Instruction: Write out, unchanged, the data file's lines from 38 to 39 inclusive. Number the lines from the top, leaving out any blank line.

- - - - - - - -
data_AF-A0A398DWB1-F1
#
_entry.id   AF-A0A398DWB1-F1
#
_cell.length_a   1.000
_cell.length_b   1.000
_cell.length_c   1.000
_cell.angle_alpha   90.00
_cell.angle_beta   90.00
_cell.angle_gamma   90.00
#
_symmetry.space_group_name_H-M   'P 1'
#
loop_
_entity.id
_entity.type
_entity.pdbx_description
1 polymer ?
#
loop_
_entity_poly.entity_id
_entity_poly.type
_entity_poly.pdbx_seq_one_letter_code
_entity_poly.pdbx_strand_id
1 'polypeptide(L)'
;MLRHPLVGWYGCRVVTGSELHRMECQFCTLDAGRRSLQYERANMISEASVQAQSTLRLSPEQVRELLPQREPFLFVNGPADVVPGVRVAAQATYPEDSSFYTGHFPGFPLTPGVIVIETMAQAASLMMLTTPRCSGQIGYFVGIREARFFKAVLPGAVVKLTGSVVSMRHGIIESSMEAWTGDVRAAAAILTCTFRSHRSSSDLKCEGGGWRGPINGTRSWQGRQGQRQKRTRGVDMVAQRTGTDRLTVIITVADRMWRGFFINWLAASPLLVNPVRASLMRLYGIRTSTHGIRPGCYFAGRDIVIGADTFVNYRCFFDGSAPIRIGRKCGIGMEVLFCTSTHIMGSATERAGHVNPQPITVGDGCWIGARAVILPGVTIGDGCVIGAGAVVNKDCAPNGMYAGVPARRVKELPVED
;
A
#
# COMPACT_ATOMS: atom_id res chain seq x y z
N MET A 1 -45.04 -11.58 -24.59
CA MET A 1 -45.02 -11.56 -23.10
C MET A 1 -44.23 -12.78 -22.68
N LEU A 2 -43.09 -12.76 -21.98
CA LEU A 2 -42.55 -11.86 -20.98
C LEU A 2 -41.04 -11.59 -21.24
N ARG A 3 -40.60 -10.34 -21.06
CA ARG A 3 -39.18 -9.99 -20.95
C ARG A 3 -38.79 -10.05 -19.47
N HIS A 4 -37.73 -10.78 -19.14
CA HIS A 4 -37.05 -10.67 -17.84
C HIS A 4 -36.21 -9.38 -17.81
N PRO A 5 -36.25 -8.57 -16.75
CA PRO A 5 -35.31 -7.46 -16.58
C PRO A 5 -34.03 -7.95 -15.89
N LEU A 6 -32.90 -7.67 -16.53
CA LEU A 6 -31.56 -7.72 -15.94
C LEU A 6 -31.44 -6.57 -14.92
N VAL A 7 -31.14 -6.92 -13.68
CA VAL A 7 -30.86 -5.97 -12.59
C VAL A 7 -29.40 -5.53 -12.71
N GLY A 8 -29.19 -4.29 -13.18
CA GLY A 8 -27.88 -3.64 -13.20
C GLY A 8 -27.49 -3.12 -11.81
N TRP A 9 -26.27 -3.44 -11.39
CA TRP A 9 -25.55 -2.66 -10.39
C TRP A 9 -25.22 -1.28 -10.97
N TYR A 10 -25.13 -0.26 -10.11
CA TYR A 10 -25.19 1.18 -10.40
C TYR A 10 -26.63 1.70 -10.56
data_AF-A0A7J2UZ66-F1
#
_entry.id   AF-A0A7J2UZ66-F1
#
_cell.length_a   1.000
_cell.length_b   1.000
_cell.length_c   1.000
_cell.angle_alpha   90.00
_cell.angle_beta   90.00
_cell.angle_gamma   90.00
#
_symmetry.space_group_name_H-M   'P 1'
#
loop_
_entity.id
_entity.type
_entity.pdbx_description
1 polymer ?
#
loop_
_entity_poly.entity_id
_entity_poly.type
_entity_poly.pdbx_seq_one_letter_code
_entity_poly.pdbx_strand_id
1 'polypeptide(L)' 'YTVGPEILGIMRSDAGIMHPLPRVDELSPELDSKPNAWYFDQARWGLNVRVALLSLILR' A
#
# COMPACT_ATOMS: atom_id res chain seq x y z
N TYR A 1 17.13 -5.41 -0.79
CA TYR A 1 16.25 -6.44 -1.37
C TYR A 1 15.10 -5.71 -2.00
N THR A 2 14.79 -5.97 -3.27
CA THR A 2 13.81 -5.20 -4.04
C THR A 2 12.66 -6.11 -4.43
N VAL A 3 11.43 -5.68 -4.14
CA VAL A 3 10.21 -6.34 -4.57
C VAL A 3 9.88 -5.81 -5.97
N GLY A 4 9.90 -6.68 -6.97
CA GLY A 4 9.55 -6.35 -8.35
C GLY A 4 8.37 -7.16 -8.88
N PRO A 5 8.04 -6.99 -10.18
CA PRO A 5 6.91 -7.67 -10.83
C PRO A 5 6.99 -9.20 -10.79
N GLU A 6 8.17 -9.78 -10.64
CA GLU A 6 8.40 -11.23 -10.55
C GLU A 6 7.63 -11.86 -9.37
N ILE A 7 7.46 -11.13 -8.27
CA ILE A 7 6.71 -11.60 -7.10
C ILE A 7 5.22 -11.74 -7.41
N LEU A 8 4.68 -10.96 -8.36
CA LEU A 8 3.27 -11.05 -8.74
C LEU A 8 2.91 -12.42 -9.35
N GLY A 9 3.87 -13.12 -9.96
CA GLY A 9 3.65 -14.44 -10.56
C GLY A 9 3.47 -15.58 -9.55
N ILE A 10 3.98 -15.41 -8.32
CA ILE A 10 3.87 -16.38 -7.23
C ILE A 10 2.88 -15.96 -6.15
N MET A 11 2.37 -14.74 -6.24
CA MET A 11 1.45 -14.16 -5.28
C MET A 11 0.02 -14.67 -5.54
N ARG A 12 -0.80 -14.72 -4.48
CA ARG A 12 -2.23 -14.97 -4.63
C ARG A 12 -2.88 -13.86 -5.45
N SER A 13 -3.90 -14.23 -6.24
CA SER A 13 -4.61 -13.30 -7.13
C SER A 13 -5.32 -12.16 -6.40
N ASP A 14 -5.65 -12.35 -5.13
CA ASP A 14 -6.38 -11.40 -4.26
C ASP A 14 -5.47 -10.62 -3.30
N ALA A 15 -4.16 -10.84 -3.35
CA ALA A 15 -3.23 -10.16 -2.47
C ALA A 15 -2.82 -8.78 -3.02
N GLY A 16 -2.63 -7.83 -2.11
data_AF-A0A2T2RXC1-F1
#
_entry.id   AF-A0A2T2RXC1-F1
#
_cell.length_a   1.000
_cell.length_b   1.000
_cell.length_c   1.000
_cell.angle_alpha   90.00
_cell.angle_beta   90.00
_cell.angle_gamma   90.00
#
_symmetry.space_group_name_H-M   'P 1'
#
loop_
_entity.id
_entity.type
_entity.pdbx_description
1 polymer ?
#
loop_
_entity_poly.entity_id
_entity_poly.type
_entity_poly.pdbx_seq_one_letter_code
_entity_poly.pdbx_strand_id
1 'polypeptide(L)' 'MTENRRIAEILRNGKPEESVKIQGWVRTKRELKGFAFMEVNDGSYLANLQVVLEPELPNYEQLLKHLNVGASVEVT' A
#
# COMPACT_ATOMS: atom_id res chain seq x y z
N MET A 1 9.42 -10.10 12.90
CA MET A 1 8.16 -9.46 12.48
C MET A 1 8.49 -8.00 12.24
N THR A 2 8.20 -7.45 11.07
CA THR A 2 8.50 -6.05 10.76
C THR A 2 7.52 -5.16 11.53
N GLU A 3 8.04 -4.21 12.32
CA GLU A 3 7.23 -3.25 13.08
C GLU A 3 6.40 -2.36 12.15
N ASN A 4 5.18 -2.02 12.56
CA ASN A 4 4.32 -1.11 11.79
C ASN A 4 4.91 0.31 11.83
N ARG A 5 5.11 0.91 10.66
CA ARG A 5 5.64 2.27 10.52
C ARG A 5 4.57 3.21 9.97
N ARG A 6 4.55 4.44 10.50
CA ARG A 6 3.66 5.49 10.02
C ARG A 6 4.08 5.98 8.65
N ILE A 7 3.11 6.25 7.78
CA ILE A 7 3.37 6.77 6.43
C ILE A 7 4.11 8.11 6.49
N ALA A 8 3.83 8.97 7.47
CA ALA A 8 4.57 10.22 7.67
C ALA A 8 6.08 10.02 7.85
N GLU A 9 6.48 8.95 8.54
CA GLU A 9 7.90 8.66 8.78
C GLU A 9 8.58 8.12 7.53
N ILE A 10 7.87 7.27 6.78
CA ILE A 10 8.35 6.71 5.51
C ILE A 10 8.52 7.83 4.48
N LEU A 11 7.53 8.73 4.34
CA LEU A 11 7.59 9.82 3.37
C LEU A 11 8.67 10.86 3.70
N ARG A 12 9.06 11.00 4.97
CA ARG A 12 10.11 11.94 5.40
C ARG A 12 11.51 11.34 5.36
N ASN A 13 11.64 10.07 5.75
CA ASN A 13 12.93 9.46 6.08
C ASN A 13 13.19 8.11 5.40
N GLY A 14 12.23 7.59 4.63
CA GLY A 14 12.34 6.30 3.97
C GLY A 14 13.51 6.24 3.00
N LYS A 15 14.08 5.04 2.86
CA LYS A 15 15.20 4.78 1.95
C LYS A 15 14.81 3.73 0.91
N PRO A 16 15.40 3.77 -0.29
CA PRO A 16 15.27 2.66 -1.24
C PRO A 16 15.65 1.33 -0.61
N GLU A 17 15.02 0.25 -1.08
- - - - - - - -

CA ARG A 3 -39.18 -9.99 -20.95
C ARG A 3 -38.79 -10.05 -19.47